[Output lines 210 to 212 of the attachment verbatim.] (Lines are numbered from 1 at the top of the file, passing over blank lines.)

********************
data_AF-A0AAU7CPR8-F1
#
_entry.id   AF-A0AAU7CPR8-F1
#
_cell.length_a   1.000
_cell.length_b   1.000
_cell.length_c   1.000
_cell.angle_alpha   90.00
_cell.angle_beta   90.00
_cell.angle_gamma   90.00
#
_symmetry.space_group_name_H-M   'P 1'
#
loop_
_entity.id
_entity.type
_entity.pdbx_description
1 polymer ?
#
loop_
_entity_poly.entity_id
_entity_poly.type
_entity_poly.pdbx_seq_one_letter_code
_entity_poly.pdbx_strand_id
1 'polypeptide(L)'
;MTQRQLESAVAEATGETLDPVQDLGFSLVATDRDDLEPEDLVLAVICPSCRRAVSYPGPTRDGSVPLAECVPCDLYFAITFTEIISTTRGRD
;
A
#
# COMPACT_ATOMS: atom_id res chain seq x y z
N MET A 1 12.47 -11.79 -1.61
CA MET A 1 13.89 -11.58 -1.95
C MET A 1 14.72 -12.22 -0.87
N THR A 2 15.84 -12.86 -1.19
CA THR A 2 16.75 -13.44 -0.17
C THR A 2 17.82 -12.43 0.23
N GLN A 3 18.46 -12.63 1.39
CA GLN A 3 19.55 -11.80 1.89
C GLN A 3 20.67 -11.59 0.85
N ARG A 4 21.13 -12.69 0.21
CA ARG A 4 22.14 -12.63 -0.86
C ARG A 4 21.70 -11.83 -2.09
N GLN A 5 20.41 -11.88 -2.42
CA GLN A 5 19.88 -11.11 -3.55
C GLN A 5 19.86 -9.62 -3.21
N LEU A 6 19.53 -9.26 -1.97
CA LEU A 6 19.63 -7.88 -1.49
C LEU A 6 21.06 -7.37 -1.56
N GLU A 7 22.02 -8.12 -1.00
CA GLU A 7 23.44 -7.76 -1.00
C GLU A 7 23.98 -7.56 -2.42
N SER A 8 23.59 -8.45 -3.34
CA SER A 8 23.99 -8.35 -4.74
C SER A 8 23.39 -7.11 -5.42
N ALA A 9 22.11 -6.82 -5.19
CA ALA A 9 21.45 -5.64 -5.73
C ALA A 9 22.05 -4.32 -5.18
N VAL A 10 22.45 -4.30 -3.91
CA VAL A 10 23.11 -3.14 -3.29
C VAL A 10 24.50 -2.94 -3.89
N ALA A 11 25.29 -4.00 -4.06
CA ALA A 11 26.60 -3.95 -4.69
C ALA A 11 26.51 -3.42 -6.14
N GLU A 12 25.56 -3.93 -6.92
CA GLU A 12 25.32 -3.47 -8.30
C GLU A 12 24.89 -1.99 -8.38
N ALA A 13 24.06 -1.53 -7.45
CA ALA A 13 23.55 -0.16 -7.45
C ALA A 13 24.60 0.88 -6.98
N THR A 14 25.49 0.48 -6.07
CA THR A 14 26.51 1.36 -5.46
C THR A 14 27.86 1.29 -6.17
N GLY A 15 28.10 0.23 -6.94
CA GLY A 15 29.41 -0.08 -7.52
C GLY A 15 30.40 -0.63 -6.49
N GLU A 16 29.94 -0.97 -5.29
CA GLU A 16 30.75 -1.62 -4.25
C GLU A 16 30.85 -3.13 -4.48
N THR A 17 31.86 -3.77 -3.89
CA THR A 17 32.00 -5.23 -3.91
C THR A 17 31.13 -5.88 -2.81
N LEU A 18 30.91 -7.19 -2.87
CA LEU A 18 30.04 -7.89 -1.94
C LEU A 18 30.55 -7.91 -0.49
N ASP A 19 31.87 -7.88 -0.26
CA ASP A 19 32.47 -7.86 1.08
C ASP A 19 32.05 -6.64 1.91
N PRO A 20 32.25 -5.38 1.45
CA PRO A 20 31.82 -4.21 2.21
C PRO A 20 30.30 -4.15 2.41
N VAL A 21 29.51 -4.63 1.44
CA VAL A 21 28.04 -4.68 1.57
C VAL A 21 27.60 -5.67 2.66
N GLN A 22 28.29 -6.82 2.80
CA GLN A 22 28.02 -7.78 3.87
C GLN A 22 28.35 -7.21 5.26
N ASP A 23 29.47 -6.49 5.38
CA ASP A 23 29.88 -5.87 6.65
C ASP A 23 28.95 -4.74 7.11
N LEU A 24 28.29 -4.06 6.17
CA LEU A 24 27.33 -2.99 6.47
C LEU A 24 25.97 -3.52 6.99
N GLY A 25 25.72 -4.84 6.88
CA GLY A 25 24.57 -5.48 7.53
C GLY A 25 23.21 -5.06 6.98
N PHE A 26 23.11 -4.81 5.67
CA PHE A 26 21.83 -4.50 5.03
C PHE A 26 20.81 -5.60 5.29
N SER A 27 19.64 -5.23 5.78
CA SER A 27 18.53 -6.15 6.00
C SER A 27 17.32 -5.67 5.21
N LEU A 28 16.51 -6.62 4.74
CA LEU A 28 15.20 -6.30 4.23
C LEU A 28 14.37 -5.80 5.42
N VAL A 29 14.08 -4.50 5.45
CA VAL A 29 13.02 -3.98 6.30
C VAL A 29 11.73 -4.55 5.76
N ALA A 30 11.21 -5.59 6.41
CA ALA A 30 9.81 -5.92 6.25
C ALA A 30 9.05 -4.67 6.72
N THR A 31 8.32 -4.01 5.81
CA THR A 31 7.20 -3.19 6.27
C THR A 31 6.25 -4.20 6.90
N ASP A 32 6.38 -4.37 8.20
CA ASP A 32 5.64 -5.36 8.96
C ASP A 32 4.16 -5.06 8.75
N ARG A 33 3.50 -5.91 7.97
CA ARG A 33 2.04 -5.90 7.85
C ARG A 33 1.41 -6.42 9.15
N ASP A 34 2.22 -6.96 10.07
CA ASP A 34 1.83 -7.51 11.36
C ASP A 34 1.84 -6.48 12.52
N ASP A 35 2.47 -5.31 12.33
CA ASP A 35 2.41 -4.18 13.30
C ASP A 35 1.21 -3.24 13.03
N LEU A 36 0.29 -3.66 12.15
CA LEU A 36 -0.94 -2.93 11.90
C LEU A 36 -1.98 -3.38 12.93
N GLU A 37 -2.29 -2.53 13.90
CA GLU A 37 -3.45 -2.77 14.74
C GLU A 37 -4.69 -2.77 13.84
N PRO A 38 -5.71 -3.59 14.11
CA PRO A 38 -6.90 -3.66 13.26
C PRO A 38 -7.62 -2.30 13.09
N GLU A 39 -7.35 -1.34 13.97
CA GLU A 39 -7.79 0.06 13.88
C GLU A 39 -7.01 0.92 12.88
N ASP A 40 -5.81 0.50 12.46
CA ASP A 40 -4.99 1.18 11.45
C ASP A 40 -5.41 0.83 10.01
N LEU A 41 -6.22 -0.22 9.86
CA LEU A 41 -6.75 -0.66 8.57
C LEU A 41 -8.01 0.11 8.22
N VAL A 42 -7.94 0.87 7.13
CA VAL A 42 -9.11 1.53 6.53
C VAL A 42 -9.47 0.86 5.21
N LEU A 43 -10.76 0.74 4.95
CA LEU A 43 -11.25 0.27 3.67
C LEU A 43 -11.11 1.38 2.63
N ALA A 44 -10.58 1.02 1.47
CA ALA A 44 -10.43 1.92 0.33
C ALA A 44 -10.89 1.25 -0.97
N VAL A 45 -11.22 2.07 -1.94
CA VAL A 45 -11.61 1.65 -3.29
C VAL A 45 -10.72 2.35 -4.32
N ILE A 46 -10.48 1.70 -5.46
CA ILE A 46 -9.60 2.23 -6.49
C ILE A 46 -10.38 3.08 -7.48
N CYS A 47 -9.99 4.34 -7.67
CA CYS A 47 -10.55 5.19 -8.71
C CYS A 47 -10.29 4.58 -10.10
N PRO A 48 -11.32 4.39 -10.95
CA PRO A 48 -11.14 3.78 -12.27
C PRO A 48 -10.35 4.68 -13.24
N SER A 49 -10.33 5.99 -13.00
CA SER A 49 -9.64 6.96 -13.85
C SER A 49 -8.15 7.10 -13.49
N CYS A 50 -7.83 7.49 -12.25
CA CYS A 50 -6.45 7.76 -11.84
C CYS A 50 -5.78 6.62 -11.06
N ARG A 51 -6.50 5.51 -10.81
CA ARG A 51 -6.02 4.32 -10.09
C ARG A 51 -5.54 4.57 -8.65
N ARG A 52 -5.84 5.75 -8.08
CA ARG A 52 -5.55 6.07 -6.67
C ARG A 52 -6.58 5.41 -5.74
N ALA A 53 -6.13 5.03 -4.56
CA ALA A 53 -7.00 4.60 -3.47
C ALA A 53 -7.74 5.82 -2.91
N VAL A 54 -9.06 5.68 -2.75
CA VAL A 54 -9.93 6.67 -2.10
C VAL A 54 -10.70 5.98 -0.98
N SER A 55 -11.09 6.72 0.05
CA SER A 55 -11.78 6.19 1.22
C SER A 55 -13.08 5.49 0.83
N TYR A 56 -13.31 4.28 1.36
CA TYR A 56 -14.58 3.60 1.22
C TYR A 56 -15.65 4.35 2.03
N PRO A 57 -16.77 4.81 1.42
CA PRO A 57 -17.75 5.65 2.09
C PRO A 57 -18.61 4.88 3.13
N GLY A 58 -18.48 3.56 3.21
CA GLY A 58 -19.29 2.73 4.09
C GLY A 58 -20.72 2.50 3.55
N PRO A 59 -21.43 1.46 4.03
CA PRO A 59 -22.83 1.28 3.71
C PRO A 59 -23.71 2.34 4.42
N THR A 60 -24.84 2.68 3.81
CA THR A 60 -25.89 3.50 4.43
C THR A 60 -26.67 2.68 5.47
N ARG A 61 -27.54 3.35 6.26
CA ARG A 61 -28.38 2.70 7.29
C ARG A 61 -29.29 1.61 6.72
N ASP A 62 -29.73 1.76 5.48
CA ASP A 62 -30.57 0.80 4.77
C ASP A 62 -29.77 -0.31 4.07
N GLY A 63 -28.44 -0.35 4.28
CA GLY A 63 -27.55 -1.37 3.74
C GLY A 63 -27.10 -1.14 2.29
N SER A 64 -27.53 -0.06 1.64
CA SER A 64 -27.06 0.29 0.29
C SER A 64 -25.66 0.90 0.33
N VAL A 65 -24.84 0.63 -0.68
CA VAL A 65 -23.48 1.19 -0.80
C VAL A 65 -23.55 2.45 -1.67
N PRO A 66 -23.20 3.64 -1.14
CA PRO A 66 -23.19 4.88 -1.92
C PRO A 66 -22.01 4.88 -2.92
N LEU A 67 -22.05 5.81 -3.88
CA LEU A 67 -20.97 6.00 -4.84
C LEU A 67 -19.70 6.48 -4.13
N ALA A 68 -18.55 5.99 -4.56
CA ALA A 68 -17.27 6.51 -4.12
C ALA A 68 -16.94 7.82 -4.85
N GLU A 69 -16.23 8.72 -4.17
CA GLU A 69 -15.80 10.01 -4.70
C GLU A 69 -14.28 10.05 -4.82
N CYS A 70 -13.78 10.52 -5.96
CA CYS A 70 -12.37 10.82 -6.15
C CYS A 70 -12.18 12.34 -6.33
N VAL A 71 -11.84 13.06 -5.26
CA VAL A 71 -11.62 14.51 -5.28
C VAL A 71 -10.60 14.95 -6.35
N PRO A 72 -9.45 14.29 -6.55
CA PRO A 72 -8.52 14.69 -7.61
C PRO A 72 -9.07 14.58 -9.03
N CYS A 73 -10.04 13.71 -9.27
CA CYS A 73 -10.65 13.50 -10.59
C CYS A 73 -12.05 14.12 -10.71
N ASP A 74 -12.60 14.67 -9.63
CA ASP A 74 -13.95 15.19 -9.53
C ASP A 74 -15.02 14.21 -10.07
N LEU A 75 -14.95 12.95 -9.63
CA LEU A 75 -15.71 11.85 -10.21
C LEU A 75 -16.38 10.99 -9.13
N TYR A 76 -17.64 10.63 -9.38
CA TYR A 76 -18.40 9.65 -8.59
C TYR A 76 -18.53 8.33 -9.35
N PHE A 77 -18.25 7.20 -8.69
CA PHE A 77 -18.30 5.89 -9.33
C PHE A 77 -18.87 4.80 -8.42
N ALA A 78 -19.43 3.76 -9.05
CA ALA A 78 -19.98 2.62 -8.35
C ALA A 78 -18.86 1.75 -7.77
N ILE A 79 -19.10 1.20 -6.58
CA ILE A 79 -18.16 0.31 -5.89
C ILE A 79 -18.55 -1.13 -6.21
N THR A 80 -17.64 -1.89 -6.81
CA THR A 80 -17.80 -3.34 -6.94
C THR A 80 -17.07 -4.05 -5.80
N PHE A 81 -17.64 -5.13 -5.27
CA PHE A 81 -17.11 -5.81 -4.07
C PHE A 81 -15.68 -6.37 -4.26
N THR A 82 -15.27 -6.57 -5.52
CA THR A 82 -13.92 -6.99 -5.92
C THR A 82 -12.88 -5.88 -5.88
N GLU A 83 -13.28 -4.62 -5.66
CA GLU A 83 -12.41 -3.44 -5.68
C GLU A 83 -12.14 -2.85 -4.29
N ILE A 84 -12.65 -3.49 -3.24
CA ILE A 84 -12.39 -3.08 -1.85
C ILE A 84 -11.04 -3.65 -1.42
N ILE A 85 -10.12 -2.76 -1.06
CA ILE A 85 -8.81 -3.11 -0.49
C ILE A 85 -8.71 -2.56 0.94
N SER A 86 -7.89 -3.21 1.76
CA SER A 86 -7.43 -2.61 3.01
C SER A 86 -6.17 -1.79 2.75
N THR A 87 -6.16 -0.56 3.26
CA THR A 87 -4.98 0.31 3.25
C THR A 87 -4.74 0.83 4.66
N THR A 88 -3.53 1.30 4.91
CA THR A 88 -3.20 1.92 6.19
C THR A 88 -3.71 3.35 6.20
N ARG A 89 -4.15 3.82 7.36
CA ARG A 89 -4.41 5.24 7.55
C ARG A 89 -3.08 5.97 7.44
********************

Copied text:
C THR A 60 -26.67 2.68 5.47
N ARG A 61 -27.54 3.35 6.26
CA ARG A 61 -28.38 2.70 7.29